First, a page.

Teacher devotes career to ethnic students in Thanh Hoá

November 05, 2022 - 11:51
Đặng Xuân Viên, the headmaster of Thanh Xuân Primary School in Quan Hoá District, has spent 30 year in remote border areas.
Teacher Đặng Xuân Viên instructs students on how to play chess at the school's green library. — Photo giaoducthoidai.vn

THANH HOÁ — A teacher has devoted his career to poor ethnic students in the remote and difficult border area of Thanh Hoá Province.

He is Đặng Xuân Viên, the headmaster of Thanh Xuân Primary School in Quan Hoá District.

“As I remember it, there was directive No. 287-CT, dated 4/8/1992 issued by the Chairman of the Council of Ministers (now the Government) on a number of urgent issues in education and training. Accordingly, the 1992-1993 school year was the first year that Thanh Hoá Province's education sector started to send teachers to all ethnic villages in order to build schools and to implement the policy of universalising primary education and gradually eradicating illiteracy,” Viên told Giáo Dục và Thời Đại (Education and Times) newspaper.

In September 1992, he and a colleague named Đỗ Quang Bằng were assigned to teach at Trung Lý Secondary School in the mountainous district of Mường Lát where the majority of the population are ethnic minority people.

“So it has been 30 years,” Viên recalled.

“In those days, we newly-graduated students, with youthful energy, enthusiasm and optimism, were more than happy to accept the task,” said the teacher.

“I was assigned to go to the ethnic villages of Trung Lý Commune to encourage Mông minority children to go to school and learn,” he said.

At that time, Trung Lý Commune was a place where malaria still ravaged, killing hundreds of people per year.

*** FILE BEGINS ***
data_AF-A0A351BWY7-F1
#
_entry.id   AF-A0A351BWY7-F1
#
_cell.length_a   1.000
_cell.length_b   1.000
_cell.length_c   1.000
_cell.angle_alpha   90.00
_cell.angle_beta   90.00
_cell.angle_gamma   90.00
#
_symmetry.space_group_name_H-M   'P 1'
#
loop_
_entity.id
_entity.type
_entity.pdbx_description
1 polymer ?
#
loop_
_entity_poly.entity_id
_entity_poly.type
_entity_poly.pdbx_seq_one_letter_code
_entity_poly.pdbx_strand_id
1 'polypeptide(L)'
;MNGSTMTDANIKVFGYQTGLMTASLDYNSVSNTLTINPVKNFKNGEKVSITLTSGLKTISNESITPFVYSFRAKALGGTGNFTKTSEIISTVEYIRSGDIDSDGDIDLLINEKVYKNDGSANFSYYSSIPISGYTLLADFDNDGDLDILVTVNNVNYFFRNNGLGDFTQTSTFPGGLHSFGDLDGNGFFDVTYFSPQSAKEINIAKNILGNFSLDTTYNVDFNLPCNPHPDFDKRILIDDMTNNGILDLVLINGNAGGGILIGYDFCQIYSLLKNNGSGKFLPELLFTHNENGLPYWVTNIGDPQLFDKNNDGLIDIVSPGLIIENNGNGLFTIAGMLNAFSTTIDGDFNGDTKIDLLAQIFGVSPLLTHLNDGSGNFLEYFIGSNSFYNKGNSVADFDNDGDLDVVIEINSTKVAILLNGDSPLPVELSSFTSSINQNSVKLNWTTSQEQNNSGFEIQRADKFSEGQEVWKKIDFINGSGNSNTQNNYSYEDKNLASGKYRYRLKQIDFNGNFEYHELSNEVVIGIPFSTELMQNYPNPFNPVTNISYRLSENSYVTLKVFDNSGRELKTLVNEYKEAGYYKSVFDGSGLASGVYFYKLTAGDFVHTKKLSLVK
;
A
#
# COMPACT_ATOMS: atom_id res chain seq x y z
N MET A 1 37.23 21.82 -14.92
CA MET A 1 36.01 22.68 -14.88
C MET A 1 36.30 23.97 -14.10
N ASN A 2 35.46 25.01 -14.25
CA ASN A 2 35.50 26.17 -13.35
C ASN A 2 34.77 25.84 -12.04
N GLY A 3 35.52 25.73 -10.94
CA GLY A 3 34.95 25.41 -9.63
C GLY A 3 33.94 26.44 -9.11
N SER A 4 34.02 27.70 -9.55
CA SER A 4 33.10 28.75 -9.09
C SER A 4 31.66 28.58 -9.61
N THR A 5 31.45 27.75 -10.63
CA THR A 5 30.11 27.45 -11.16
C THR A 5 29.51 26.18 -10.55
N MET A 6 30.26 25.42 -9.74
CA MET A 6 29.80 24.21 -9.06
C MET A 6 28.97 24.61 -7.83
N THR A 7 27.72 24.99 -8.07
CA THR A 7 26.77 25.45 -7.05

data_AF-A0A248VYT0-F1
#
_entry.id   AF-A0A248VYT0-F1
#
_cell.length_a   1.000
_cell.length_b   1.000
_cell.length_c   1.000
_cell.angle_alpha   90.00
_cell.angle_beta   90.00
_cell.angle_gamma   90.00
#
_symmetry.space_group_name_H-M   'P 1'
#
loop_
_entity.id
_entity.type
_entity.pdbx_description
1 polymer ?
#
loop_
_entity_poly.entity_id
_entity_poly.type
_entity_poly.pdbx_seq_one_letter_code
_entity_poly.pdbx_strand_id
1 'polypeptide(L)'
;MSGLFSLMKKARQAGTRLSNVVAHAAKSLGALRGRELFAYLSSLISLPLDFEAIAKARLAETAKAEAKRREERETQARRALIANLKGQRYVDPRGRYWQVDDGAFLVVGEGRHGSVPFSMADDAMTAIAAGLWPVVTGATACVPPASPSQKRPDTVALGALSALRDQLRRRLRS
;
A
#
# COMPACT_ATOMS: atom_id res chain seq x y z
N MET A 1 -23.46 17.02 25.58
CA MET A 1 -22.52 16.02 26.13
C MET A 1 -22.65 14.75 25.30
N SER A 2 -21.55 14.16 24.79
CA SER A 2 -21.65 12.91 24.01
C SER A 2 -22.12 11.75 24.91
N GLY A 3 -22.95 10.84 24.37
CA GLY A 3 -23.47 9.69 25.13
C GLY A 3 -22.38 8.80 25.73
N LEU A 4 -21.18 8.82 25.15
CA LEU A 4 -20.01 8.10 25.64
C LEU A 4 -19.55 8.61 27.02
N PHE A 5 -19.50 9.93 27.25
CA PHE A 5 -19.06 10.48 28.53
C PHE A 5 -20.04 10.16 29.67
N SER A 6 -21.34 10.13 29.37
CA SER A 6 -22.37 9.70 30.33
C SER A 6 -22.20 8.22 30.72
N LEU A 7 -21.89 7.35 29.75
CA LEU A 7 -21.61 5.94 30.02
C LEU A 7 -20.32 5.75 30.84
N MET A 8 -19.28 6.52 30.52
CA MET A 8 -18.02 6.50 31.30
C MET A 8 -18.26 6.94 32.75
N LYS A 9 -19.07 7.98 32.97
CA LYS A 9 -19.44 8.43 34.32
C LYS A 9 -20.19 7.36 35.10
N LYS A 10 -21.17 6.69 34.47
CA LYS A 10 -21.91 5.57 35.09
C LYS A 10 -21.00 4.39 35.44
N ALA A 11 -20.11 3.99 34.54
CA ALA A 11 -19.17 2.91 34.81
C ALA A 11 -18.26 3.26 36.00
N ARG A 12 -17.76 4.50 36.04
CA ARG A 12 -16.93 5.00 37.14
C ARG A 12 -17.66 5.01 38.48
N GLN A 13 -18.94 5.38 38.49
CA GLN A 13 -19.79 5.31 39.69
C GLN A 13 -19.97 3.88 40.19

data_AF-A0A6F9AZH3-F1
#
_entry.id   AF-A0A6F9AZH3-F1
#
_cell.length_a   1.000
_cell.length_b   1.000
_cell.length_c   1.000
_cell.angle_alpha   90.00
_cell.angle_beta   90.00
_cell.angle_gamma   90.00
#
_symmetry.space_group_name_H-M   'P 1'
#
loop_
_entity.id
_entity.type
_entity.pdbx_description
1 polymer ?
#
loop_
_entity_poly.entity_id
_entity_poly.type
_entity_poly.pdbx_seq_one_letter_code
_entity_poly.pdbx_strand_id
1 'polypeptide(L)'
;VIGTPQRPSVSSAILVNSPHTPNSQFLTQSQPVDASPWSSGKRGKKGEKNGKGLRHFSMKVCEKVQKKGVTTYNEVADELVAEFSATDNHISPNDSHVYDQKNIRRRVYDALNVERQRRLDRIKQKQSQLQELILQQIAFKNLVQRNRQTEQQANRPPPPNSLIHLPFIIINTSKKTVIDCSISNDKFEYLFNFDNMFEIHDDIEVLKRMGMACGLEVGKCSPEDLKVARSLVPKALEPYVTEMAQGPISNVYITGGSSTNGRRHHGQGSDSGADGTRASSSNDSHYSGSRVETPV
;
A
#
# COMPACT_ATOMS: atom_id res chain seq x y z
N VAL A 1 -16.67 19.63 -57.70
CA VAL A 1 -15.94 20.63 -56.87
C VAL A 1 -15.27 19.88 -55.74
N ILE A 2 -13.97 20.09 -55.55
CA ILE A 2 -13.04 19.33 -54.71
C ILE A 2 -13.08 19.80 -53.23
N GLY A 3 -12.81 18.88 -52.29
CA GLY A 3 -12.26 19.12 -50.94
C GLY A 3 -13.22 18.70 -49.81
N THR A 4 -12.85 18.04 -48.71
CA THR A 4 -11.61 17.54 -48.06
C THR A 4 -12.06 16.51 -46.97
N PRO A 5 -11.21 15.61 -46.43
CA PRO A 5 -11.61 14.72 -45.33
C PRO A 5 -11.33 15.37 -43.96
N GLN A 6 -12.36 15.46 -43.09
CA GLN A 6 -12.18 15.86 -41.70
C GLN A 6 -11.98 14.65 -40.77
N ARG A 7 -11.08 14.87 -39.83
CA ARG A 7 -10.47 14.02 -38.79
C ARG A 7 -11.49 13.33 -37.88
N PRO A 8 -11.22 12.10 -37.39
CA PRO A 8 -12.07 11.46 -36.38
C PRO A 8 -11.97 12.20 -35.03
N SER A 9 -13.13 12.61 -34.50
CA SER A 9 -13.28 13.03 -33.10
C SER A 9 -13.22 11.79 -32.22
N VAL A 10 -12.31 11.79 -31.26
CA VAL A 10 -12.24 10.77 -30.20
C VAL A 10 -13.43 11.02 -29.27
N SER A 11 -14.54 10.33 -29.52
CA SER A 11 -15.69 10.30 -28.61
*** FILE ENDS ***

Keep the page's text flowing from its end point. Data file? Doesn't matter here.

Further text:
“About half a month before we arrived, Đỗ Xuân Thơm, vice principal of Trung Lý Secondary School, had passed away from the disease,” he said.

Sad memories

Those were extremely difficult years.

When talking about his colleague - teacher Đỗ Quang Bằng - Viên seems to touch an unforgettably sad memory.

“I was infected with malaria and got hand muscle inflammation after three months in the commune. Then I was transferred to the hospital in Quan Hoá District for treatment,” Viên recalled.

So Bằng and two other teachers were assigned to ethnic Tài Chánh Village to teach the first and second-year classes.

They had to walk 45km through the forest from the main school to Tài Chánh Village.

In the village, local people built two makeshift cottages with palm leaves to make classes and accommodation.

After setting up classes and mobilising students, the teachers walked back to the main school site to receive textbooks and school supplies for students.

“I was told that on the morning of September 22, 1992, the three teachers each carried on their backs about 20kg of textbooks, notebooks and other school supplies to Tài Chánh Village,” Viên said.

“At that time, it was the rainy and stormy season so the water of the Mã River surged up ferociously. The teachers and a boatman on a small canoe crossed the river at the wharf of Cò Cài- Tài Chánh,” he said.